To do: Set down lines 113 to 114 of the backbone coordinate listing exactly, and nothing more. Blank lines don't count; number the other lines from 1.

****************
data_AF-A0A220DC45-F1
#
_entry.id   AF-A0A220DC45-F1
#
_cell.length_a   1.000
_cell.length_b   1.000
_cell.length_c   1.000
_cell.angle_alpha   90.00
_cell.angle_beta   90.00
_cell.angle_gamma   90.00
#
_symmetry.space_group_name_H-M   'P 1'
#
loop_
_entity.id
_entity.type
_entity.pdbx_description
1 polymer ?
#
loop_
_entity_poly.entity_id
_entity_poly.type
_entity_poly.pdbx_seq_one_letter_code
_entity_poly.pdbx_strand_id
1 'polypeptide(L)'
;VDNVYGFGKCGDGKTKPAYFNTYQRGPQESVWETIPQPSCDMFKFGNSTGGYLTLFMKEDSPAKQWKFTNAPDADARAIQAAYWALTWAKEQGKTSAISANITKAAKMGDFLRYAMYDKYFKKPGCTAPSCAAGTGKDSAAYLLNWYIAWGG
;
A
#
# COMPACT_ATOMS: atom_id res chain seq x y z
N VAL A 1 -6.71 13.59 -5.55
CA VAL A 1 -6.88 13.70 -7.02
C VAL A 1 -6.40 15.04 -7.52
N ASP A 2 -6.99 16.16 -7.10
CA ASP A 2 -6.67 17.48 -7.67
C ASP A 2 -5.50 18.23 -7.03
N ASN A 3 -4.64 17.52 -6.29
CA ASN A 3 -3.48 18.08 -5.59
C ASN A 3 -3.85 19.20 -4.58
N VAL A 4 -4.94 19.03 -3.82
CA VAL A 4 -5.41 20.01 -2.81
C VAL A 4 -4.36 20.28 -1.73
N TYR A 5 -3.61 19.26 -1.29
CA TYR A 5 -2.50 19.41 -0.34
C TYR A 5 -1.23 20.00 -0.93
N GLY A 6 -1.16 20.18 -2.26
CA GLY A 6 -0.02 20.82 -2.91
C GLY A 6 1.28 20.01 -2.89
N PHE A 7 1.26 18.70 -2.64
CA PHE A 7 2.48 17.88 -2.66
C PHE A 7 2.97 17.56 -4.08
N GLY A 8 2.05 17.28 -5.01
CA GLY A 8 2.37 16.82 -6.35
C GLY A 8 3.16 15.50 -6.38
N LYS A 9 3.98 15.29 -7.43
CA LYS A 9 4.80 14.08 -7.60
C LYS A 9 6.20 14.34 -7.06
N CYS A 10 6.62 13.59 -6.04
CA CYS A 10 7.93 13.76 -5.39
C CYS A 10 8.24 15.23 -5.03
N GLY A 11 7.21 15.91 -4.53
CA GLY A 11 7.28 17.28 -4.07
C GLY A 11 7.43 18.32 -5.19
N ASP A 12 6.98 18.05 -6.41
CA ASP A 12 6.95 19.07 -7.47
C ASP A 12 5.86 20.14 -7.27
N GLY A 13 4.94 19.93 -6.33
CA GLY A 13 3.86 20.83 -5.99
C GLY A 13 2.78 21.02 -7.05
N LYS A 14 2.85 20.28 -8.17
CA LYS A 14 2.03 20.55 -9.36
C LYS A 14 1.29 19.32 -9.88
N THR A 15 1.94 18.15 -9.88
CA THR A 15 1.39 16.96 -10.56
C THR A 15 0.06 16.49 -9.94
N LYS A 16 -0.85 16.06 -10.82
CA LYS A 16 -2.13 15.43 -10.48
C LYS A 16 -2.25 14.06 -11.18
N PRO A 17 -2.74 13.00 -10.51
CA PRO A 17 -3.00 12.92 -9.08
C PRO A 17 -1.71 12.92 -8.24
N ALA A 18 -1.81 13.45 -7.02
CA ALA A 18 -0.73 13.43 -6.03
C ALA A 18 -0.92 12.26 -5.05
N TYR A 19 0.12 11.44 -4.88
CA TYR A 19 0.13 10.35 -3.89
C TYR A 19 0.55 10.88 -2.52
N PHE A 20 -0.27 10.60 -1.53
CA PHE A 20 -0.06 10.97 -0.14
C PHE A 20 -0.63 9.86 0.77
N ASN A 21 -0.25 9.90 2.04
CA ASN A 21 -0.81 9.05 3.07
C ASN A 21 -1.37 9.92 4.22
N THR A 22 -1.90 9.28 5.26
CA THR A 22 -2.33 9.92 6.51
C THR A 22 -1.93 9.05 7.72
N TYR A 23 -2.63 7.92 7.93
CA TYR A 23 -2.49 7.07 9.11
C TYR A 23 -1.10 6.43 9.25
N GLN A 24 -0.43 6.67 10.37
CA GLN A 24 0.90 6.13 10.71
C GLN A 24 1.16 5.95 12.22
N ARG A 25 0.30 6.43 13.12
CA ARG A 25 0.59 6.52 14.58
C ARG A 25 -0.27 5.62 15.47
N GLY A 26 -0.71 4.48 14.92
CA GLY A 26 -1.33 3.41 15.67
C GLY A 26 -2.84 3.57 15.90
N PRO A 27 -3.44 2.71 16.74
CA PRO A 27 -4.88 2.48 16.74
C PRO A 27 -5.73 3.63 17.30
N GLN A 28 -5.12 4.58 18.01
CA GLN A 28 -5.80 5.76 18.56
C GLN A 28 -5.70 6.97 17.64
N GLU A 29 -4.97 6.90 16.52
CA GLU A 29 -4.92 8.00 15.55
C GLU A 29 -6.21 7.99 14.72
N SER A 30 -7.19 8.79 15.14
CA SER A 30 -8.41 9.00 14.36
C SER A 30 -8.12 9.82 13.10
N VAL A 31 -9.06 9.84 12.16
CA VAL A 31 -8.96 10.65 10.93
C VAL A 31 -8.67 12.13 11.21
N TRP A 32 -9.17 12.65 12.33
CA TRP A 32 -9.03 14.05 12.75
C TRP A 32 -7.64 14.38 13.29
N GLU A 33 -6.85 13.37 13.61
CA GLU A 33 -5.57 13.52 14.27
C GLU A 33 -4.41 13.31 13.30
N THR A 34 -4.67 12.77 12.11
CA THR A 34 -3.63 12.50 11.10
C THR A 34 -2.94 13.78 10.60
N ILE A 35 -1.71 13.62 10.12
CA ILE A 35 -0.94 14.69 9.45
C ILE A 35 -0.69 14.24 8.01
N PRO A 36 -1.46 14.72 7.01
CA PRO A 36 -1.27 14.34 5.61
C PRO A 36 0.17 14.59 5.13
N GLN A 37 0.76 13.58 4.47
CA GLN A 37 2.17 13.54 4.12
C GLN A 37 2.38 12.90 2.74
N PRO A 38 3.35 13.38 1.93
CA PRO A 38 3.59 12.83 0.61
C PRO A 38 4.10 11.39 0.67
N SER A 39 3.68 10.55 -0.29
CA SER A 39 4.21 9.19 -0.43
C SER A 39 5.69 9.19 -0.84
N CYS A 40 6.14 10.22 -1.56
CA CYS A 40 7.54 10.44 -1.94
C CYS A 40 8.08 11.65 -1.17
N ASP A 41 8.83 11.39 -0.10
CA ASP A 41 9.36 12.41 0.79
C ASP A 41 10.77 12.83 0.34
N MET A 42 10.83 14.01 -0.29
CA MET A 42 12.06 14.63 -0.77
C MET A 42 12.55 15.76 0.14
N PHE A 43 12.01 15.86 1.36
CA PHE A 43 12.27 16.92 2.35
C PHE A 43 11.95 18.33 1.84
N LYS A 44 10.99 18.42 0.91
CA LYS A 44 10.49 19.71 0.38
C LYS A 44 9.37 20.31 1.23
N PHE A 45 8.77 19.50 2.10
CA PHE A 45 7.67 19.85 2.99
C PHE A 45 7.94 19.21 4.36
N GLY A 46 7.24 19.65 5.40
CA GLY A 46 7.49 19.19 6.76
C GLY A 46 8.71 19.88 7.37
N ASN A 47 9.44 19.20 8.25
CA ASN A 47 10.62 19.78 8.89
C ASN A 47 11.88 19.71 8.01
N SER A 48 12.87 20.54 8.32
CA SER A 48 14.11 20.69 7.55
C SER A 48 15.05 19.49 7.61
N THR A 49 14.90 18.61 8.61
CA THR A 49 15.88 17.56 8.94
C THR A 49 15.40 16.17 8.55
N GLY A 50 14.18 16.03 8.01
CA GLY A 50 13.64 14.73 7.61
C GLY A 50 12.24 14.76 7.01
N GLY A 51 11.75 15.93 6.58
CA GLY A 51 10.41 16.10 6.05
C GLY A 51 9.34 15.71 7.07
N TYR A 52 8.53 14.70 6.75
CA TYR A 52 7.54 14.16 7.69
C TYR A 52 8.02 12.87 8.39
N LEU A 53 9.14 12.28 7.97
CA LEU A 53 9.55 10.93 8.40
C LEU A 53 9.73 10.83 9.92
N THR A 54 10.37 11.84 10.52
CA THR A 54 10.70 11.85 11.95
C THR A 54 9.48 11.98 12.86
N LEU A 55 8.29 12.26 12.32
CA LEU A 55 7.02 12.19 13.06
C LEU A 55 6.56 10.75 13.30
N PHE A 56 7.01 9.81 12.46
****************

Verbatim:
CA GLN A 28 -5.80 5.76 18.56
C GLN A 28 -5.70 6.97 17.64